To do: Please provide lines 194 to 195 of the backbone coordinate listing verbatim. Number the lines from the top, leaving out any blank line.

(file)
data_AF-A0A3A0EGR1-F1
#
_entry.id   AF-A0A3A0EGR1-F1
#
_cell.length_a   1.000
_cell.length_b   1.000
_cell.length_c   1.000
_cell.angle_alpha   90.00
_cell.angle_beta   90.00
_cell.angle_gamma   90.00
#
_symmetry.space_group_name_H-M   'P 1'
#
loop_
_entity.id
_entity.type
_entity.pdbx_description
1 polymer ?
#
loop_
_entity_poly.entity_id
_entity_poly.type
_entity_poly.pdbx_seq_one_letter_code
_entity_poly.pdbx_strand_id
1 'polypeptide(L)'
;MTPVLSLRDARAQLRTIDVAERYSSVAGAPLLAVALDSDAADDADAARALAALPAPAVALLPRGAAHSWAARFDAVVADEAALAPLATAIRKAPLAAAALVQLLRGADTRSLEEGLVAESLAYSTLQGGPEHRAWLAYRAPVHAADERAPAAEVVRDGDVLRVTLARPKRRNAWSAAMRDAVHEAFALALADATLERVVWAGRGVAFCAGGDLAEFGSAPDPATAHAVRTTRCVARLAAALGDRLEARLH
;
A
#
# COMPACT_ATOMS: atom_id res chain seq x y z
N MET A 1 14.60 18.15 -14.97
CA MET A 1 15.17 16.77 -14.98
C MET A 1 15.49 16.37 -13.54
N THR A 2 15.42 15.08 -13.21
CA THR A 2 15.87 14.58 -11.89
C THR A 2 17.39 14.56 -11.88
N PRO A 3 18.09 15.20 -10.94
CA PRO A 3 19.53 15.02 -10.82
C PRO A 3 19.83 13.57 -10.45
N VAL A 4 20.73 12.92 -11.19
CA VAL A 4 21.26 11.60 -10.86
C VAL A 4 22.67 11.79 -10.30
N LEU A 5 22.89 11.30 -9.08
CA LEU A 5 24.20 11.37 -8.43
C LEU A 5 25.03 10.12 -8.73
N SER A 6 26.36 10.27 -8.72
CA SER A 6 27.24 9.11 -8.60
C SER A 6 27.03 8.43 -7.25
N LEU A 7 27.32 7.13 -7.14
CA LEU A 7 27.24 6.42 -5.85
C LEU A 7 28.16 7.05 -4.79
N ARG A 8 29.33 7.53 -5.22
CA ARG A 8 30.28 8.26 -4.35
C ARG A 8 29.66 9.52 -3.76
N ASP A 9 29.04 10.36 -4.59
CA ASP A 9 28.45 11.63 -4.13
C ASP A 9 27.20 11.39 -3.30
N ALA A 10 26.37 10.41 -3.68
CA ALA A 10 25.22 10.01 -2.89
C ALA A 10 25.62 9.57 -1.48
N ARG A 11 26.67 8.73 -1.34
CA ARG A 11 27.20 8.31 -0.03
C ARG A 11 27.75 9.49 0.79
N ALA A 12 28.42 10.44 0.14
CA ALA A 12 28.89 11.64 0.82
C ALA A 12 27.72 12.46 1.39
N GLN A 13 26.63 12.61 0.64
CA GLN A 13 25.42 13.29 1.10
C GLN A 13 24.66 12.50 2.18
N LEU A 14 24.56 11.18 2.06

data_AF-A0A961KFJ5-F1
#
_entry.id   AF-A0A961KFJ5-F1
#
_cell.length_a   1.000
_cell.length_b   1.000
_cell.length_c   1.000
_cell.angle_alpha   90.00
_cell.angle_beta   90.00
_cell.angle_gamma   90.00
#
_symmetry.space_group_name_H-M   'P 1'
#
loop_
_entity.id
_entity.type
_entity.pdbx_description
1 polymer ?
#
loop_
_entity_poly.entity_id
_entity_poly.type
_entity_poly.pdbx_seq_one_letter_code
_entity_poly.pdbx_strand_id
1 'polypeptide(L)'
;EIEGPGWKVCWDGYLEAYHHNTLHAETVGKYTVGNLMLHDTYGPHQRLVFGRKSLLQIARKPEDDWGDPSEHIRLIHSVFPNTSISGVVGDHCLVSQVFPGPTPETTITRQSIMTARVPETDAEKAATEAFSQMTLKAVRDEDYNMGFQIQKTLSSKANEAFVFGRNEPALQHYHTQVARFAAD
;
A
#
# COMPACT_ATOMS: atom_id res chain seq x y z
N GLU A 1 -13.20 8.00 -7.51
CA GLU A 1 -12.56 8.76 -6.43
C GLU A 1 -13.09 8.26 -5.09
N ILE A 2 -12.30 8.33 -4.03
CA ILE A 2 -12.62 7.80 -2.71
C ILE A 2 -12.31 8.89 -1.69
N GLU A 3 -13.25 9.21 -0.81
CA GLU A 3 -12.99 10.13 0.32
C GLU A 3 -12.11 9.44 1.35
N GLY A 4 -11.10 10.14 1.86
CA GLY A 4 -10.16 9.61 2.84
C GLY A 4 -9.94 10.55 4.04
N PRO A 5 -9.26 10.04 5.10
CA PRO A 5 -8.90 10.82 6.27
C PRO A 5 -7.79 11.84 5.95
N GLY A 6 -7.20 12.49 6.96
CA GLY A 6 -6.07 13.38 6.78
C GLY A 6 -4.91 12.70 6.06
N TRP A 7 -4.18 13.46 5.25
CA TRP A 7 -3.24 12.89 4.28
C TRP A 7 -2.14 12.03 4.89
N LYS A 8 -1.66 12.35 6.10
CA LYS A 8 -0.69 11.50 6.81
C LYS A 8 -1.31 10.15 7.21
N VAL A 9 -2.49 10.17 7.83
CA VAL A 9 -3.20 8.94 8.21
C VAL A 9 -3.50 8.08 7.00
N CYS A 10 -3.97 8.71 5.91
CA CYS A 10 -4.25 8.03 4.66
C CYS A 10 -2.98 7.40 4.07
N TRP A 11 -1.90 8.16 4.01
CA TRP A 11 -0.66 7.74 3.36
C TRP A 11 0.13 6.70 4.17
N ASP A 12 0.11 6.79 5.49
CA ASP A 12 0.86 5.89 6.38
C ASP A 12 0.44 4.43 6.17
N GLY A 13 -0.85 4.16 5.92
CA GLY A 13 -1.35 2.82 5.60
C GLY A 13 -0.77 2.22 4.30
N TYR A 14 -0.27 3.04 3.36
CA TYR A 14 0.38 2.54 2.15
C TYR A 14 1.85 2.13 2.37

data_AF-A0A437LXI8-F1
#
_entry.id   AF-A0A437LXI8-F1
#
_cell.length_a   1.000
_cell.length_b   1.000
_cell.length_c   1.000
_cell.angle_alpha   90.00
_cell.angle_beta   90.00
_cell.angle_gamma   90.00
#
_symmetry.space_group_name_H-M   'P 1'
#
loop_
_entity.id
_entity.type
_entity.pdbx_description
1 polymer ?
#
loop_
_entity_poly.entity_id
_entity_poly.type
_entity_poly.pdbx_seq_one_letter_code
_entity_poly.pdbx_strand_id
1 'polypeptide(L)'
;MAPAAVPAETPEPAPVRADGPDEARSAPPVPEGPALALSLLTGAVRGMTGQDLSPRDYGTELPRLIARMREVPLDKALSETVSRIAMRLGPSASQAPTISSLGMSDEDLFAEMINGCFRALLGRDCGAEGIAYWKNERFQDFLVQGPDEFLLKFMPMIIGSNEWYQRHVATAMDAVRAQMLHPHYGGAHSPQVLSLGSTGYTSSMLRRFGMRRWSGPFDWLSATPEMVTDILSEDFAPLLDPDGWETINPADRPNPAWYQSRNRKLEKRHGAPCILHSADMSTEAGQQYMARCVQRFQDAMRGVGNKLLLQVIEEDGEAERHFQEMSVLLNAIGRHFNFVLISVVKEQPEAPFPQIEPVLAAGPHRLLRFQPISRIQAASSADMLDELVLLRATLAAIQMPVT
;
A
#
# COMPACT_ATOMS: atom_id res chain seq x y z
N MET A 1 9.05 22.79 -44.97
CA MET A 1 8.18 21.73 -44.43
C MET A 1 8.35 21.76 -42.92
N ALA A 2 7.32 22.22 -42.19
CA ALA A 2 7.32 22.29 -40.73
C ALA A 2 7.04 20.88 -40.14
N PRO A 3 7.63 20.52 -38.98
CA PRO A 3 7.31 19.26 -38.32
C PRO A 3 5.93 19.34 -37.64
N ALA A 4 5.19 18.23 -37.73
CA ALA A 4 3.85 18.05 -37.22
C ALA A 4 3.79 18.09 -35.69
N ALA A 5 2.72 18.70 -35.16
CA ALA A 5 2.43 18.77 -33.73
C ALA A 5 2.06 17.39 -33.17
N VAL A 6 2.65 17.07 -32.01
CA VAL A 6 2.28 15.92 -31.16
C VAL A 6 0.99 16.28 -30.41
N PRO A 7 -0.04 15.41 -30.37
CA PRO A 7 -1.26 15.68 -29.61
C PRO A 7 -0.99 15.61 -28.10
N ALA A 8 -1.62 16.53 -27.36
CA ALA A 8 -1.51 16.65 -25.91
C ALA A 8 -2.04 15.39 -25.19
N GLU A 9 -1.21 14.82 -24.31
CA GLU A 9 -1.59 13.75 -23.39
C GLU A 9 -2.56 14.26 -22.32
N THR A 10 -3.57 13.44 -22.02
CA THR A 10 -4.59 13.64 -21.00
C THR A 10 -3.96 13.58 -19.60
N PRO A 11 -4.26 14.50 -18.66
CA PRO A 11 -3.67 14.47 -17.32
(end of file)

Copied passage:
N ALA A 8 -1.62 16.53 -27.36
CA ALA A 8 -1.51 16.65 -25.91